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When you get Zojirushi for a present, you're beyond jolly--you're zolly! That's because anything we make, from rice cookers to travel mugs, is going to put a big grin on whoever you give it to. And it's going to put a smile on your face too, because you'll know they're going to be happy. Here's our annual gift selection to get you ready for the holidays. Bring the joy with Zojirushi!
We also have some festive favorites from our kitchen. Try these and get your family into the holiday mood!
Perfect for your party table, this refreshing dish uses traditional cranberries to bring this rice salad to life. Green onions, red cranberries, and white rice--holiday colors seasoned with ginger and orange juice. So good!
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Whether you want a healthier burger, or you're searching for a good Thanksgiving leftover recipe, our turkey burger is a tasty answer to your holiday cooking. If you bake the bagel yourself at home, this burger becomes even more awesome!
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This is French Toast done right. What can be better for a winter brunch than toast on a griddle, soaked in seasonal eggnog and spiked with fragrant spices like cinnamon and nutmeg? Try this on a holiday morning and watch the smiles happen!
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Have you ever wondered? This traditional holiday drink isn't for everyone, but for those who love it, it's like being addicted to pumpkin spice (which also has its fanatics). Traditional eggnog is supposed to contain raw eggs, but these days their use is somewhat restricted because of health concerns--so no raw eggs. But it does often have alcohol in it, like rum, brandy, vodka, cognac or whiskey. Maybe that's why so many people love it! Other ingredients are milk or cream, sugar and whipped eggs. You'll also see it topped with nutmeg, cinnamon or other spices when served at a holiday feast.
Most historians believe that the name "eggnog" came from the "egg" inside, of course, and the "nog", which was a strong kind of beer that originated in eastern England. It's also thought that the "nog" was short for "noggin", which was a Middle English term for a carved wooden drinking mug. Either way, the drink started as a wintertime drink for the English aristocracy, the only people able to afford the expensive ingredients, not to mention the brandy or wine that was used as a preservative. Eventually eggnog crossed the Atlantic and became popular in America too, although it was spiked with the less costly rum at the time. Eggnog was regarded as a special drink and saved for special holidays like Christmas, which started the tradition.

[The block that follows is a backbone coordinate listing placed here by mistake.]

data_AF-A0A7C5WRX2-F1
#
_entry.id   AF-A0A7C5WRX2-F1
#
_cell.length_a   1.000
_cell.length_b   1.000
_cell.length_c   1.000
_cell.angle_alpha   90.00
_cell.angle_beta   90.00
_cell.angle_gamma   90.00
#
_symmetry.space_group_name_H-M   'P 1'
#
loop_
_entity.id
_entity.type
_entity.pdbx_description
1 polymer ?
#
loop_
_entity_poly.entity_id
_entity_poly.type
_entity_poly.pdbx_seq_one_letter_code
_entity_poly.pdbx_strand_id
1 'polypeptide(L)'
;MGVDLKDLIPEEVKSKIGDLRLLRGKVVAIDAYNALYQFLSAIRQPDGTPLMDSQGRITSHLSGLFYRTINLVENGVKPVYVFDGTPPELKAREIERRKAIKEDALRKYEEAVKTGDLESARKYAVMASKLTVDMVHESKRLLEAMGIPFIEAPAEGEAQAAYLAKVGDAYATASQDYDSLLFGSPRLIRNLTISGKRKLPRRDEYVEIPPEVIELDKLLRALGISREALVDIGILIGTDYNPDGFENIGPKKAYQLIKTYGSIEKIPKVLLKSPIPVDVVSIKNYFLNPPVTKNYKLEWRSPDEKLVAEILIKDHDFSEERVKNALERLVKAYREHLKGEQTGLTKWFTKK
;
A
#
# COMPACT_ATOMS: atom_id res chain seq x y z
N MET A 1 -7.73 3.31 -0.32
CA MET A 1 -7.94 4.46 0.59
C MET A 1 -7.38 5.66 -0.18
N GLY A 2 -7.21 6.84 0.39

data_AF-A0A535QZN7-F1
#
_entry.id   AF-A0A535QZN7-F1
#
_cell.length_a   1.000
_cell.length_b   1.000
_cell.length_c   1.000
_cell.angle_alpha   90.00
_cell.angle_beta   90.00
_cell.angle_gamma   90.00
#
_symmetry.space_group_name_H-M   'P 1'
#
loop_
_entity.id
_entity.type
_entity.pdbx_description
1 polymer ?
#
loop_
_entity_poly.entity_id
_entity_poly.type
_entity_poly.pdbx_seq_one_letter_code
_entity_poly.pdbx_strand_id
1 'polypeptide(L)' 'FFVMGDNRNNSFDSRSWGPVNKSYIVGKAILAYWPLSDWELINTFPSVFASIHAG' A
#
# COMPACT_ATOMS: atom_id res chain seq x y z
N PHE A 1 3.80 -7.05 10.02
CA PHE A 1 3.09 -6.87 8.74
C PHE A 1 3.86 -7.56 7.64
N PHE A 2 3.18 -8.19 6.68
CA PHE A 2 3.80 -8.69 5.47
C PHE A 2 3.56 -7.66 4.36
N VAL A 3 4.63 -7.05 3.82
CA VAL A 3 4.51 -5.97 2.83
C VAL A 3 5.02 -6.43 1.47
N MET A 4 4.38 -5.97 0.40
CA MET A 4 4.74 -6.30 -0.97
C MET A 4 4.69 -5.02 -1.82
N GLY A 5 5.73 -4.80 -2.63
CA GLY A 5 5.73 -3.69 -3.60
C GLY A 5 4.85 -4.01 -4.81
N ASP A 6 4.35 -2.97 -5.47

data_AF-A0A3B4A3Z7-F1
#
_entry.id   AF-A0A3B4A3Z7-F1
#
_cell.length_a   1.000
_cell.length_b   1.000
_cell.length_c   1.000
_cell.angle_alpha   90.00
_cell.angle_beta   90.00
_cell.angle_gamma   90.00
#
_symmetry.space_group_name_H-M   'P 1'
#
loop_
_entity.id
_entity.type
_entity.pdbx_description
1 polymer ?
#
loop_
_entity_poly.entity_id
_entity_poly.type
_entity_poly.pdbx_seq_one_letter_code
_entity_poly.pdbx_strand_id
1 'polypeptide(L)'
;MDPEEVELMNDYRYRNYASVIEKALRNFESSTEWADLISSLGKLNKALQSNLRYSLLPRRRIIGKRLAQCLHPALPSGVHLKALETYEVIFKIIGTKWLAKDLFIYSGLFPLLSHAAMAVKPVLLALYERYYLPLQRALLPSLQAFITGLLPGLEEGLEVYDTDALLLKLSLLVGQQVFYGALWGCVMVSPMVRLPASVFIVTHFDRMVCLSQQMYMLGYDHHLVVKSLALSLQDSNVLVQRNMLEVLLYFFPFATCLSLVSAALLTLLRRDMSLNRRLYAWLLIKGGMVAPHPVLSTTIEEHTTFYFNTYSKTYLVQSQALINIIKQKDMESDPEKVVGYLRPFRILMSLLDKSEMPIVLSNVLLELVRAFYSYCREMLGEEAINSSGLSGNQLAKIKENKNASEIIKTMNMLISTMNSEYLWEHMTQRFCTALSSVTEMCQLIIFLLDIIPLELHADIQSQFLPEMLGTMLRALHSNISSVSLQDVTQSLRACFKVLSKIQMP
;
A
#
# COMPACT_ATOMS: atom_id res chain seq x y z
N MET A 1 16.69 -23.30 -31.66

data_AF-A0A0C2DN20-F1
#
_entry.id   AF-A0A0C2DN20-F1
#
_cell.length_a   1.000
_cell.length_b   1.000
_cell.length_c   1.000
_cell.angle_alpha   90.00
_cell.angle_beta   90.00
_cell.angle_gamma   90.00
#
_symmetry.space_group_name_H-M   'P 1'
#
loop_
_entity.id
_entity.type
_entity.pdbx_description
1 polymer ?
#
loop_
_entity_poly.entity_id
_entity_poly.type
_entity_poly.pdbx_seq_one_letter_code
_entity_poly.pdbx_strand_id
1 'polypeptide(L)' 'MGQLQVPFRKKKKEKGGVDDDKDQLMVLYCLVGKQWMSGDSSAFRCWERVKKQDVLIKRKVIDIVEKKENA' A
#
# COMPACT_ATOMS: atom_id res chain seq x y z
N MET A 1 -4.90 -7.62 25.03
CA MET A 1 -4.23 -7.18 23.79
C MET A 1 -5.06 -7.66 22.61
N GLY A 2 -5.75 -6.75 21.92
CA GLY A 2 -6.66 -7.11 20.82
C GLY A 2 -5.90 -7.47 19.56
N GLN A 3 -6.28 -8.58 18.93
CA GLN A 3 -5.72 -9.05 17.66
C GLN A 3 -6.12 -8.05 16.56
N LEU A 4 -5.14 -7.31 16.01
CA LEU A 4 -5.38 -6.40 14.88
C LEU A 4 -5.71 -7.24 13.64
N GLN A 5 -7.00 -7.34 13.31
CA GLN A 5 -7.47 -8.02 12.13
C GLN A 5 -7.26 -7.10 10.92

Pumpkin Spice Latte, or PSL as it's known by its loyal fans, got started back in 2003 and was popularized by coffee giant Starbucks®. At the time, the coffee maker was trying to find a drink to expand its winter seasonal menu, to go beyond eggnog lattes and peppermint mochas. The pumpkin flavor wasn't overly popular when they tested it, but they were intrigued by the vacuum in the market for anything pumpkin. Eventually a winning recipe was developed after figuring out that the mixture of spices is what set up the pumpkin flavor.
Everyone is on the PSL bandwagon today--and following Starbucks'® lead, the fact that it is marketed as a seasonal beverage and only available on a limited basis, doesn't hurt its popularity either. Indeed, over 72% of Americans consume holiday beverages like pumpkin spice lattes once the colder months start. To many of us, when these drinks start appearing from the beginning of November, it marks the start of a season. And the biggest consumers? Our Millennials, who drink seasonal beverages at least once a week, compared to adults over age 35 who do not.* So Pumpkin Spice is the new Eggnog?
*source: Delta Dental Plans survey 2015
Pour your favorite drink in the newly released mug and take it on the go.